Akai Gurley shooting: Jury finds NYPD officer Peter Liang guilty of manslaughter

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BROOKLYN — Former NYPD Officer Peter Liang was found guilty Thursday of manslaughter and official misconduct in the shooting death of Akai Gurley, an unarmed black man who was shot dead in the dark stairwell of a Brooklyn housing development in 2014.

The jury took 17 hours to arrive at their decision and it came after Justice Danny Chun denied on Wednesday a defense request for a mistrial, saying Liang's legal team fell "way, way short" in arguing that the prosecution in closing arguments implied the officer intentionally shot Gurley, who police determined was "a total innocent."

Sentencing will be April 14. He could face up to 15 years in prison.

As the verdict was read, Liang dropped his head -- his hands around the back of his neck -- as one of his attorneys comforted him.

The highly unusual conviction of a police officer for the shooting death of a civilian means the rookie cop is automatically fired from the force. It was confirmed by an NYPD spokesman Thursday night.

NYPD Officer Peter Liang breaks down after learning he has been convicted of manslaughter and official misconduct in the shooting death of Akai Gurley.

NYPD Officer Peter Liang breaks down after learning he has been convicted of manslaughter and official misconduct in the shooting death of Akai Gurley.

Kimberly Ballinger, Gurley's partner, dabbed tears and later pumped her fist in the air.

Brooklyn District Attorney Kenneth Thompson called the 28-year-old's death a "tragedy all over."

"He was a son. He was a brother‎," Thompson said after the verdict. "I told his mother, I'm sorry. There are no winners. This is a tragedy all over."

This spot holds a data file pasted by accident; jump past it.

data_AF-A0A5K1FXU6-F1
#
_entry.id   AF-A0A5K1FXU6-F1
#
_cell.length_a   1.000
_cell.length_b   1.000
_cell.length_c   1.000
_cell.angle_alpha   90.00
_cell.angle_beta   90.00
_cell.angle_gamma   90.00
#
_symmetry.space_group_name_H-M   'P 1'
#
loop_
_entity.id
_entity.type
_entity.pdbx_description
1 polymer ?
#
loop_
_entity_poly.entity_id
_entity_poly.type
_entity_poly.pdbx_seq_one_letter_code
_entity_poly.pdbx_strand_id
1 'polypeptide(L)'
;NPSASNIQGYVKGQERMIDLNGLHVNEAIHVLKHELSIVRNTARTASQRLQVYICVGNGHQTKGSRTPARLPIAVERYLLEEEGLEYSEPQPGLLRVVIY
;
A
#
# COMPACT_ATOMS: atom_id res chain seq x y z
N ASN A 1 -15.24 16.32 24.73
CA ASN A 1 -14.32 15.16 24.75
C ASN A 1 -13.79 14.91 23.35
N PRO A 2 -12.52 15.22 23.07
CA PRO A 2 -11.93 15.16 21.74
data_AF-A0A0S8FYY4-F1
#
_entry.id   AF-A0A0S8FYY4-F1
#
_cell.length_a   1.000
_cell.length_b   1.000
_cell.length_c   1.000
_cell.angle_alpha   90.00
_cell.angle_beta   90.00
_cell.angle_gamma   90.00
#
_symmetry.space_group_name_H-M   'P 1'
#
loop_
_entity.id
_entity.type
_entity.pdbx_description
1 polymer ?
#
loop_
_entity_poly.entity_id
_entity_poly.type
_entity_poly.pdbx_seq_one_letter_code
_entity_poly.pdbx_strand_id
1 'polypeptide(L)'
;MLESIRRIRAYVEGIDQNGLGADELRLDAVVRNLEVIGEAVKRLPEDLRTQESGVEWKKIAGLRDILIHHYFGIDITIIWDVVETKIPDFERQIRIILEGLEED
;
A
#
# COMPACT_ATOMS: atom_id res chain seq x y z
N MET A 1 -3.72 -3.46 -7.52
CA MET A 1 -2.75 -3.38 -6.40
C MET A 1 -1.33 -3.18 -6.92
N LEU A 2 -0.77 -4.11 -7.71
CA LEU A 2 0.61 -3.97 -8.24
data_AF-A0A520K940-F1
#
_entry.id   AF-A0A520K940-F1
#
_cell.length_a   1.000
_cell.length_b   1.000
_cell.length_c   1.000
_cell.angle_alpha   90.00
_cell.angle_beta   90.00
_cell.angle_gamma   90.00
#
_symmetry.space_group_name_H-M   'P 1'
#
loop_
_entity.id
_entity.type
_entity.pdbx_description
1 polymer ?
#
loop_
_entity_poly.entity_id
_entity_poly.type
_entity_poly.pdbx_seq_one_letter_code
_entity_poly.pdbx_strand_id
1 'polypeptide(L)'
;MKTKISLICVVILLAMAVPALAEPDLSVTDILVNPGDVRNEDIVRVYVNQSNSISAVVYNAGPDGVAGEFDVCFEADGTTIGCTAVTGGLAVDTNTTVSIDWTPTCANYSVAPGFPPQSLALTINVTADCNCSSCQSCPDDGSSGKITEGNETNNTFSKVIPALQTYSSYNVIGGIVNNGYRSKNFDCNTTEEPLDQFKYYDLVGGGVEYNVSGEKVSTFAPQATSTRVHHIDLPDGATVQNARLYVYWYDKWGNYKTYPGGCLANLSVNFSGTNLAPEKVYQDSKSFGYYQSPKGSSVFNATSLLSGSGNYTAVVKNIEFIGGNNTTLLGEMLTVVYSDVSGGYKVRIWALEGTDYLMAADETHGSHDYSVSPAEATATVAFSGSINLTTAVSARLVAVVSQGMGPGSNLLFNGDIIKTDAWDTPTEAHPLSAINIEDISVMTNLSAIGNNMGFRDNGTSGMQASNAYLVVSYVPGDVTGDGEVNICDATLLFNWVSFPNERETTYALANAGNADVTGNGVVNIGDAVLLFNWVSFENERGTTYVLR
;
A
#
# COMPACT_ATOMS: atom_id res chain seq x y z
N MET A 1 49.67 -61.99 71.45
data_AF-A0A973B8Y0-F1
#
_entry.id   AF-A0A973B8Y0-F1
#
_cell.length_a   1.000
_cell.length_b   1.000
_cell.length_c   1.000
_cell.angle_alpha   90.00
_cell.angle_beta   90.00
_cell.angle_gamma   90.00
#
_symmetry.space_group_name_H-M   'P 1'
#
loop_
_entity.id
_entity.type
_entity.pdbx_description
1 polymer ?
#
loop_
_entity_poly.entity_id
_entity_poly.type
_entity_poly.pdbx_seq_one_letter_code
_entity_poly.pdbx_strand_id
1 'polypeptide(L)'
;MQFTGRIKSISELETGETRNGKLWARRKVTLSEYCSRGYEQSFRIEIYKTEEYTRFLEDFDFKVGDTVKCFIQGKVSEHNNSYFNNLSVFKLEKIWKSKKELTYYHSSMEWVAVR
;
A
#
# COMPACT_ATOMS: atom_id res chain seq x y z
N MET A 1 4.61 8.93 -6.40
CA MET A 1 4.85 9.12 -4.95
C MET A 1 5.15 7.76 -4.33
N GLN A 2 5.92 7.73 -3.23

In a news release, Thompson said the decision was not a verdict against all officers of the NYPD, but against a single officer who ignored his official training.

The case went to the jury Tuesday. The seven men and five women of the jury reached their decision on their second full day of deliberations after requesting white boards and the NYPD's firearm and tactics guide.

On Thursday evening, about an hour before the verdict, the jury asked Justice Chun to read them the charges and legal definitions for the second time this week.

Jurors asked that the testimony of Liang and other witnesses be read back. And they asked the judge to reread the charges and replay a 911 call, which brought some of Gurley's relatives to tears.

The jury also asked to handle Liang's firearm, a request the judge allowed with the assistance of an officer.

During closing arguments, the officer's lawyer called the fatal shooting tragic, but not a crime, stressing that Liang followed procedures.

"What happened here is a tragedy," defense attorney Rae Koshetz said. "It's a terrible tragedy, but it's not a crime."

Prosecutor Joe Alexis argued that Liang showed poor judgment, again and again, and that the shooting wasn't an accident beyond the officer's control. He asked jurors to hold Liang accountable.

The trial has garnered attention beyond New York because of the national controversy over allegations that police are too quick to use lethal force, sometimes against unarmed people. Outrage over police shootings or excessive force has spurred protest movements in major cities such as Chicago, Baltimore and New York.

In the most well-known cases -- the fatal shootings of Michael Brown in Ferguson, Missouri, and Walter Scott in North Charleston, South Carolina, and the death of Freddie Gray while in police custody in Baltimore -- the victims were unarmed black men.

Gurley's death came amid strained relations between police and the community, just a few months after the death of Eric Garner as police tried to arrest him on Staten Island. The chokehold death of Garner, an unarmed 43-year-old man, sparked street protests, a review of police procedures and calls for a federal civil rights investigation. A grand jury declined to prosecute the officer.

CNN contributed to this report.